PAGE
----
Consistency is an essential part of developing and maintaining habits. However, staying regular and motivated throughout the trip is not easy. While goals are good for giving direction, building an efficient system is best for making progress. A look at your past progress can help you move forward.

Linux-based operating systems are one of the most productive operating systems when used appropriately. To further increase your productivity and maintain good habits, here are two free habit tracking applications to try on your Linux machine.

If you are a fan of the Linux command line, dijo is the perfect terminal-based tool for you to keep track of your habits without ever leaving the command line. Dijo advertises itself as a scriptable, cursed, digital habit tracker and is rightly called that.

You can also connect it to external programs to keep track of events without moving a finger. If you've used the Vim text editor before, you'll feel right at home as dijo looks and works similarly. Here are some of the features dijo offers:

  • Vim-like keyboard shortcuts and keyboard shortcuts for navigating Dijo.

  • Two different views: day mode and week mode to check your progress.

  • Add broken, yes / no, or no goal types of habits.

  • Highly configurable and automatically supports traceable habits.

How to install dijo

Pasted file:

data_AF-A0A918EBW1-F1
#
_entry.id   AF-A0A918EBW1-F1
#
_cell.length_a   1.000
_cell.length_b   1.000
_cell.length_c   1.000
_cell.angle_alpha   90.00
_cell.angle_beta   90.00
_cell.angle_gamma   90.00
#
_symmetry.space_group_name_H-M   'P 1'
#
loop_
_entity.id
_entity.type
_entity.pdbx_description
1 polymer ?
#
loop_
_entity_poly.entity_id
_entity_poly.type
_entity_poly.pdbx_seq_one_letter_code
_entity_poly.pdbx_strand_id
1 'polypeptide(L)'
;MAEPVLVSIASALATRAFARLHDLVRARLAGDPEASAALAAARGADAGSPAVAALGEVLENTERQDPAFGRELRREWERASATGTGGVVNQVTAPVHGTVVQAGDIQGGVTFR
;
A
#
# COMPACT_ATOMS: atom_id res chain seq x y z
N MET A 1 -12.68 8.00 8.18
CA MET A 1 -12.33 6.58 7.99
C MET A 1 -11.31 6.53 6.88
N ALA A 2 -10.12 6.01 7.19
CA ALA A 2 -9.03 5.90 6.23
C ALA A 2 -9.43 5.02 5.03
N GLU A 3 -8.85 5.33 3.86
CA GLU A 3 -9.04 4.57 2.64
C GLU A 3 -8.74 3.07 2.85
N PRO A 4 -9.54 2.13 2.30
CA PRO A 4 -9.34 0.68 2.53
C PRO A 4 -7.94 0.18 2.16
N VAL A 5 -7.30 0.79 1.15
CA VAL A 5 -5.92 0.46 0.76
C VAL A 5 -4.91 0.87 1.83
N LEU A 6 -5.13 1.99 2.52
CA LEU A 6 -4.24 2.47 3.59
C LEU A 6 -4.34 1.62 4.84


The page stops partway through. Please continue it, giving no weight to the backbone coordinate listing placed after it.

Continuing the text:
To install Dijo, Rust and Cargo must be installed on your Linux computer. Here's how you can do this on Ubuntu and other Linux-based distributions:

curl –proto & # 39; = https & # 39; –tlsv1.2 -sSf | NS

Follow the instructions on the screen and you are good to go. When you're done, install Dijo with cargo:

Freight install dijo

If you're not a fan of installing applications manually from the command line, dijo also gives you the option of installing the pre-built binaries directly, which you can download from the release page.

An overview of the modes

As already mentioned, dijo has two different modes or views to visualize your habits: the day mode and the week mode. Day mode is the standard mode that shows you every day of the current month.

Dijo's day mode

Days whose goals have been met are shown in cyan, while days not achieved are shown in magenta. For days without a trace, dijo displays a light black colored point.

Dijo's week mode

The week mode shows you a summary of the progress of your habit for each week of the month. The percentage of the current week is shown in white, while other weeks are shown in light black. To achieve 100% for a week, you need to achieve your goal every day.

Habit tracing with dijo

To keep track of your habits with dijo, open a terminal emulator of your choice and run the following command:


The system shows you a blank screen in day mode. To add a new habit, enter the command mode using the buttons Colon (:) Key and enter the Add Command. To add a yes / no habit like daily programming:

: Add programming 1

To add a new broken habit, such as For example, if you run 0.5 miles every day, use the :Add Command this way:

: Add run 0.5

Finally, to add a habit without a set goal, such as B. Staying hydrated:

: Add water